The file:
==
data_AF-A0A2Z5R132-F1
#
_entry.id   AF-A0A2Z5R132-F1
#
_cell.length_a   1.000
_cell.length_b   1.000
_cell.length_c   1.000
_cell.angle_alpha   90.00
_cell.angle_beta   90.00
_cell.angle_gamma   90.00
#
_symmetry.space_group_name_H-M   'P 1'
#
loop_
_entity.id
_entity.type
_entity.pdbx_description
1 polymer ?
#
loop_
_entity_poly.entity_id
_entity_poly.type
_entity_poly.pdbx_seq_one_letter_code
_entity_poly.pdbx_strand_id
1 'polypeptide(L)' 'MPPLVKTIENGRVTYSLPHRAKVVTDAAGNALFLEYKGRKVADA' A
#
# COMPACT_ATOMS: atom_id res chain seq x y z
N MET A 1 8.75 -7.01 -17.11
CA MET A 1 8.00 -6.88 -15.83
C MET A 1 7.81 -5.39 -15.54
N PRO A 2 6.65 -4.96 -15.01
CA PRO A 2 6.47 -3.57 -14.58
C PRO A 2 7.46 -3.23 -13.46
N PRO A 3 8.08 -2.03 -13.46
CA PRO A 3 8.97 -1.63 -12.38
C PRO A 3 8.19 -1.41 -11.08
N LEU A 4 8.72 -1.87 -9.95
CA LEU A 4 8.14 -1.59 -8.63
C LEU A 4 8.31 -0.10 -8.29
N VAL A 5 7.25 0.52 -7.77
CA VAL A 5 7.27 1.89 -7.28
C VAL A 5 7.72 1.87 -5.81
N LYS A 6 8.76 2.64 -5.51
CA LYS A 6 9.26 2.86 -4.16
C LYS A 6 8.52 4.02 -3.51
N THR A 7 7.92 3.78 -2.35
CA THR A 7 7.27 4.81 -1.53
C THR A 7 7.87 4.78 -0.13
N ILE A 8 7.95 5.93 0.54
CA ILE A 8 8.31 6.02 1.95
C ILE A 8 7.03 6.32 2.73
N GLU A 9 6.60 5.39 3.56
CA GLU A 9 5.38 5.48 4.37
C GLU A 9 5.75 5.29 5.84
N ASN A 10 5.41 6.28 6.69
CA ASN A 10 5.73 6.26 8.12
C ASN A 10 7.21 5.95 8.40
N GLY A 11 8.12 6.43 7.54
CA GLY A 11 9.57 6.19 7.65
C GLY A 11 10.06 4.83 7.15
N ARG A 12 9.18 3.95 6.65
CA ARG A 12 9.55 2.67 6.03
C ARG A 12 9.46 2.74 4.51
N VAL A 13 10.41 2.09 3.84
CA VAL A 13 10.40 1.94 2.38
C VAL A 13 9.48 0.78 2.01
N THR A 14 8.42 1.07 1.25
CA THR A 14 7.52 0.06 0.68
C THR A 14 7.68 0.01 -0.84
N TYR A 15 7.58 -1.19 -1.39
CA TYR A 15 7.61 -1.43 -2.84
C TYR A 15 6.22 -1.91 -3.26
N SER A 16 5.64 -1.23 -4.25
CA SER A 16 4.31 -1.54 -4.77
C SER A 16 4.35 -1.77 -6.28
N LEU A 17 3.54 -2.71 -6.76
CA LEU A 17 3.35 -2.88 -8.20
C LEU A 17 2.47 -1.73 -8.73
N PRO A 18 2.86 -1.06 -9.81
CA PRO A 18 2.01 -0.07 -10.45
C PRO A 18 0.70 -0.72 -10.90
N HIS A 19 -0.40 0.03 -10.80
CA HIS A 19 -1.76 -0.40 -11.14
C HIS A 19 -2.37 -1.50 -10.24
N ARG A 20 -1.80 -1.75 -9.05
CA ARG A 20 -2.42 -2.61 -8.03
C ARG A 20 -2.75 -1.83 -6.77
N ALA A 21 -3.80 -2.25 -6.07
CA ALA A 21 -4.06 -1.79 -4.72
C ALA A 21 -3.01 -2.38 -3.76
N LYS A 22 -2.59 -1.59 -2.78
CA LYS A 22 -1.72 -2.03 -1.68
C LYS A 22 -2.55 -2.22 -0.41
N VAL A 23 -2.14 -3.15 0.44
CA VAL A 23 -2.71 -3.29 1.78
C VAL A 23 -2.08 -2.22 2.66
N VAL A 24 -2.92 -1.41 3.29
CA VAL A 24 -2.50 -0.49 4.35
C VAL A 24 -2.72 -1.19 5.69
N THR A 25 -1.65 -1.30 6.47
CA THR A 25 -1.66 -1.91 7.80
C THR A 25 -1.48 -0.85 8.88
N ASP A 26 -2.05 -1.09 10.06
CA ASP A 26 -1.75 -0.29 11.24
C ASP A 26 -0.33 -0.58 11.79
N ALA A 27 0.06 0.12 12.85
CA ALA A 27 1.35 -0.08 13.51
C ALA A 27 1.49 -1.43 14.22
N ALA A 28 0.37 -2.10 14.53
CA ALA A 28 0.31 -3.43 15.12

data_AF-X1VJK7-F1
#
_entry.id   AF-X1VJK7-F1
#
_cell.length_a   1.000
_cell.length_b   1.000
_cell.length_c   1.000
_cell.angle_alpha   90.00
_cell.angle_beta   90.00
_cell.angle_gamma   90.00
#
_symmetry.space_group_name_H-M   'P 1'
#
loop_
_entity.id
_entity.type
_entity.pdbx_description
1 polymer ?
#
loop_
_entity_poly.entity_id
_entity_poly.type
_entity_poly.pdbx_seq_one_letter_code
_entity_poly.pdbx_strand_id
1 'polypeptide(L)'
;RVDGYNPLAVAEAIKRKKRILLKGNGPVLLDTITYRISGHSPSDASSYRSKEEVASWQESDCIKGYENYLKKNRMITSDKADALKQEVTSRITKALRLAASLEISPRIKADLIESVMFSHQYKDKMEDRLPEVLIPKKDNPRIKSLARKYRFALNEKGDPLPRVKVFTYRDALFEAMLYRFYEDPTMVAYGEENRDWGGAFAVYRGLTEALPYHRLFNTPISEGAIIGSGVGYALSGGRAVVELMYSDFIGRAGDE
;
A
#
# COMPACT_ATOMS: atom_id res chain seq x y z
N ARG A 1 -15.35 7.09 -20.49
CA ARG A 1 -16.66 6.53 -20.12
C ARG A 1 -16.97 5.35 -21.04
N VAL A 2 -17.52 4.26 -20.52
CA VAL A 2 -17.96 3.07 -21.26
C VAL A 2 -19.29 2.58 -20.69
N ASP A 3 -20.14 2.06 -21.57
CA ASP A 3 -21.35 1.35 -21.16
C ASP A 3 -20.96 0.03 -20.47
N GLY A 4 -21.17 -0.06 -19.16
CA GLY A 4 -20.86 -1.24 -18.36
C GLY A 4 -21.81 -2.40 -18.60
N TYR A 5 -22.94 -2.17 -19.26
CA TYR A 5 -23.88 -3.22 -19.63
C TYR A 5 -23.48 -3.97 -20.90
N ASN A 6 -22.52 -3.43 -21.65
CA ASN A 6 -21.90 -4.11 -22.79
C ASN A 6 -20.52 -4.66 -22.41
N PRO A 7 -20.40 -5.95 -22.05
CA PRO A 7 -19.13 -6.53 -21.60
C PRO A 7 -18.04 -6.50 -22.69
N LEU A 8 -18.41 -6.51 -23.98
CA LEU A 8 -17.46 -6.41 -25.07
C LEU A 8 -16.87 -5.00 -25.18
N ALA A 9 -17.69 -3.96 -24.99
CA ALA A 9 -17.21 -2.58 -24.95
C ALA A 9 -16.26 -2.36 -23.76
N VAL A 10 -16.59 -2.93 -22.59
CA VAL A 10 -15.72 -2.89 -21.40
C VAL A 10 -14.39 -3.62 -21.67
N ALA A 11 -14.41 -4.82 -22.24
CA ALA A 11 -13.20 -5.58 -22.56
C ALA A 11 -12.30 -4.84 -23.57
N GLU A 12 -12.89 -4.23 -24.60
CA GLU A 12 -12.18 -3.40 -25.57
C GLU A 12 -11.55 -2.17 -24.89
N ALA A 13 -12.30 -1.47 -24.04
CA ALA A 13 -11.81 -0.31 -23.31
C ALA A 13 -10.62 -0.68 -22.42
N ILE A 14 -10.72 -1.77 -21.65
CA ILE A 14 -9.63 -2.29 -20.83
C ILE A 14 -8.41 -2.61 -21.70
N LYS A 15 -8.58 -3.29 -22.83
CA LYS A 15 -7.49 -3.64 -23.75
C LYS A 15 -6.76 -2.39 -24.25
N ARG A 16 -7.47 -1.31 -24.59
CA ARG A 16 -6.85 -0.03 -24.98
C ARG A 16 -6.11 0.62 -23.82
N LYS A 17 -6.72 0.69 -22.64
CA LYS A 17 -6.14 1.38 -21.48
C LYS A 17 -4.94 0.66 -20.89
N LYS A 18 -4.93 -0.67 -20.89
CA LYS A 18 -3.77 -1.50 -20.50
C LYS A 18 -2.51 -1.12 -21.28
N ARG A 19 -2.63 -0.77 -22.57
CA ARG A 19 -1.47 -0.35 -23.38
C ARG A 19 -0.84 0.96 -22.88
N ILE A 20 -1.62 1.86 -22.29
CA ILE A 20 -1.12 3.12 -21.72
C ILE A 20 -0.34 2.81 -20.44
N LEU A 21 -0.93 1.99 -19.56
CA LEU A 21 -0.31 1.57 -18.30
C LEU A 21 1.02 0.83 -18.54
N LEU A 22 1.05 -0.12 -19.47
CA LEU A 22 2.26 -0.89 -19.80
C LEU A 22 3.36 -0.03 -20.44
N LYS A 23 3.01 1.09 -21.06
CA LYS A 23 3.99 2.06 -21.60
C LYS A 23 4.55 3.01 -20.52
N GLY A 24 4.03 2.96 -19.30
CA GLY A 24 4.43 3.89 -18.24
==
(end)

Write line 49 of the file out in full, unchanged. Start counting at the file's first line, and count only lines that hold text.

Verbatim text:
N ILE A 8 7.95 5.93 0.54